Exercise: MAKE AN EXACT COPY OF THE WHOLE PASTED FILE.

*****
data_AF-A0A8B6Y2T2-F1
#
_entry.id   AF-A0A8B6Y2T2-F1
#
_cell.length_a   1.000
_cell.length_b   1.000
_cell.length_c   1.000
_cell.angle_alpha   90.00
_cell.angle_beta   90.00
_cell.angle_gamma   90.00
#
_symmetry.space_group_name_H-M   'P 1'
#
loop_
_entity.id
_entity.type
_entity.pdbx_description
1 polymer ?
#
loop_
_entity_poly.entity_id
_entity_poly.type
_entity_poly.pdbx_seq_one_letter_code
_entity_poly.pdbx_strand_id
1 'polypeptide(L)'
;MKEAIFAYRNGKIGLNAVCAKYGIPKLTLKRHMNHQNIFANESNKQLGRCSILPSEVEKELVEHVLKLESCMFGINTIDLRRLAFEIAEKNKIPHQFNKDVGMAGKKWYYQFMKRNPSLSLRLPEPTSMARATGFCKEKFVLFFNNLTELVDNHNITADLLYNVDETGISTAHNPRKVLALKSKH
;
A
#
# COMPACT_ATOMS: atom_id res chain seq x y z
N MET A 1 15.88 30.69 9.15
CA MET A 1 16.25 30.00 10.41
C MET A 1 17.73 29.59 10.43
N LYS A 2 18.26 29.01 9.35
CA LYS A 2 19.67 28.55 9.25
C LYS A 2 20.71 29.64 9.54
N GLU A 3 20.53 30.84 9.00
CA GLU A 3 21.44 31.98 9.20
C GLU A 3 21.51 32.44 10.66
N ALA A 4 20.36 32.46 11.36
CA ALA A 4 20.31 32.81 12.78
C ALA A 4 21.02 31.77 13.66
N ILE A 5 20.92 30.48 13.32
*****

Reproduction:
data_AF-A0A8B6Y2T2-F1
#
_entry.id   AF-A0A8B6Y2T2-F1
#
_cell.length_a   1.000
_cell.length_b   1.000
_cell.length_c   1.000
_cell.angle_alpha   90.00
_cell.angle_beta   90.00
_cell.angle_gamma   90.00
#
_symmetry.space_group_name_H-M   'P 1'
#
loop_
_entity.id
_entity.type
_entity.pdbx_description
1 polymer ?
#
loop_
_entity_poly.entity_id
_entity_poly.type
_entity_poly.pdbx_seq_one_letter_code
_entity_poly.pdbx_strand_id
1 'polypeptide(L)'
;MKEAIFAYRNGKIGLNAVCAKYGIPKLTLKRHMNHQNIFANESNKQLGRCSILPSEVEKELVEHVLKLESCMFGINTIDLRRLAFEIAEKNKIPHQFNKDVGMAGKKWYYQFMKRNPSLSLRLPEPTSMARATGFCKEKFVLFFNNLTELVDNHNITADLLYNVDETGISTAHNPRKVLALKSKH
;
A
#
# COMPACT_ATOMS: atom_id res chain seq x y z
N MET A 1 15.88 30.69 9.15
CA MET A 1 16.25 30.00 10.41
C MET A 1 17.73 29.59 10.43
N LYS A 2 18.26 29.01 9.35
CA LYS A 2 19.67 28.55 9.25
C LYS A 2 20.71 29.64 9.54
N GLU A 3 20.53 30.84 9.00
CA GLU A 3 21.44 31.98 9.20
C GLU A 3 21.51 32.44 10.66
N ALA A 4 20.36 32.46 11.36
CA ALA A 4 20.31 32.81 12.78
C ALA A 4 21.02 31.77 13.66
N ILE A 5 20.92 30.48 13.32